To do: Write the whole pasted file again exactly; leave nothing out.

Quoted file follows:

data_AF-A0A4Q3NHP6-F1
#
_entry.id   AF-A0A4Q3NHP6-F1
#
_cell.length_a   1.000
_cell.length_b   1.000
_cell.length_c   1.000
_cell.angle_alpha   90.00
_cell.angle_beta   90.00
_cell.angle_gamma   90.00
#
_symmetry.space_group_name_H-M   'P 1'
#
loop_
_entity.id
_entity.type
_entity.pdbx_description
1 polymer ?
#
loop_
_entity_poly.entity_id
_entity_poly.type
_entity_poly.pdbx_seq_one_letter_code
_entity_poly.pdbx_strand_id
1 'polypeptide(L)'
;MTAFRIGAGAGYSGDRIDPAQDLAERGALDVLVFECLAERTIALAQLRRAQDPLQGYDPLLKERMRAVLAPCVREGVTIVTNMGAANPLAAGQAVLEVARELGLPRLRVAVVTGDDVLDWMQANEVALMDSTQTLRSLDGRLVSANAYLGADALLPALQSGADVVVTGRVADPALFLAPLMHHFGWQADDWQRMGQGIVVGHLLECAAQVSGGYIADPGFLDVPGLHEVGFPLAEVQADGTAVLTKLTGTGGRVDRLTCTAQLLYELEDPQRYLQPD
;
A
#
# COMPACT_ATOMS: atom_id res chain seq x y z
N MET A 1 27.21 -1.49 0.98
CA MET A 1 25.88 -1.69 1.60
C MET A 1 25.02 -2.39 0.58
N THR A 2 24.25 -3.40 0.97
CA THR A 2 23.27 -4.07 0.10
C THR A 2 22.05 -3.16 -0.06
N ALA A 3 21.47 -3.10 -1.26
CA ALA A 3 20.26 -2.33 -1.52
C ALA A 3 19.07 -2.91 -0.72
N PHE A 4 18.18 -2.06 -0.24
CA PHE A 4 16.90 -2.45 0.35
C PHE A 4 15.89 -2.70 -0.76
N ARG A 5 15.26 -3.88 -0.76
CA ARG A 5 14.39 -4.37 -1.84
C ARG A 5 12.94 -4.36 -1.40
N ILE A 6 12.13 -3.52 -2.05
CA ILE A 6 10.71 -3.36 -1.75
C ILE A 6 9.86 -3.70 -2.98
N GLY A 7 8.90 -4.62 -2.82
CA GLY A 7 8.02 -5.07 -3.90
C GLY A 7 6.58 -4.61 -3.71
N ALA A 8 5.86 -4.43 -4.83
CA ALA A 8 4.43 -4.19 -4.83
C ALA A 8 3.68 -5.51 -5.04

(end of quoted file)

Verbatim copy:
data_AF-A0A4Q3NHP6-F1
#
_entry.id   AF-A0A4Q3NHP6-F1
#
_cell.length_a   1.000
_cell.length_b   1.000
_cell.length_c   1.000
_cell.angle_alpha   90.00
_cell.angle_beta   90.00
_cell.angle_gamma   90.00
#
_symmetry.space_group_name_H-M   'P 1'
#
loop_
_entity.id
_entity.type
_entity.pdbx_description
1 polymer ?
#
loop_
_entity_poly.entity_id
_entity_poly.type
_entity_poly.pdbx_seq_one_letter_code
_entity_poly.pdbx_strand_id
1 'polypeptide(L)'
;MTAFRIGAGAGYSGDRIDPAQDLAERGALDVLVFECLAERTIALAQLRRAQDPLQGYDPLLKERMRAVLAPCVREGVTIVTNMGAANPLAAGQAVLEVARELGLPRLRVAVVTGDDVLDWMQANEVALMDSTQTLRSLDGRLVSANAYLGADALLPALQSGADVVVTGRVADPALFLAPLMHHFGWQADDWQRMGQGIVVGHLLECAAQVSGGYIADPGFLDVPGLHEVGFPLAEVQADGTAVLTKLTGTGGRVDRLTCTAQLLYELEDPQRYLQPD
;
A
#
# COMPACT_ATOMS: atom_id res chain seq x y z
N MET A 1 27.21 -1.49 0.98
CA MET A 1 25.88 -1.69 1.60
C MET A 1 25.02 -2.39 0.58
N THR A 2 24.25 -3.40 0.97
CA THR A 2 23.27 -4.07 0.10
C THR A 2 22.05 -3.16 -0.06
N ALA A 3 21.47 -3.10 -1.26
CA ALA A 3 20.26 -2.33 -1.52
C ALA A 3 19.07 -2.91 -0.72
N PHE A 4 18.18 -2.06 -0.24
CA PHE A 4 16.90 -2.45 0.35
C PHE A 4 15.89 -2.70 -0.76
N ARG A 5 15.26 -3.88 -0.76
CA ARG A 5 14.39 -4.37 -1.84
C ARG A 5 12.94 -4.36 -1.40
N ILE A 6 12.13 -3.52 -2.05
CA ILE A 6 10.71 -3.36 -1.75
C ILE A 6 9.86 -3.70 -2.98
N GLY A 7 8.90 -4.62 -2.82
CA GLY A 7 8.02 -5.07 -3.90
C GLY A 7 6.58 -4.61 -3.71
N ALA A 8 5.86 -4.43 -4.83
CA ALA A 8 4.43 -4.19 -4.83
C ALA A 8 3.68 -5.51 -5.04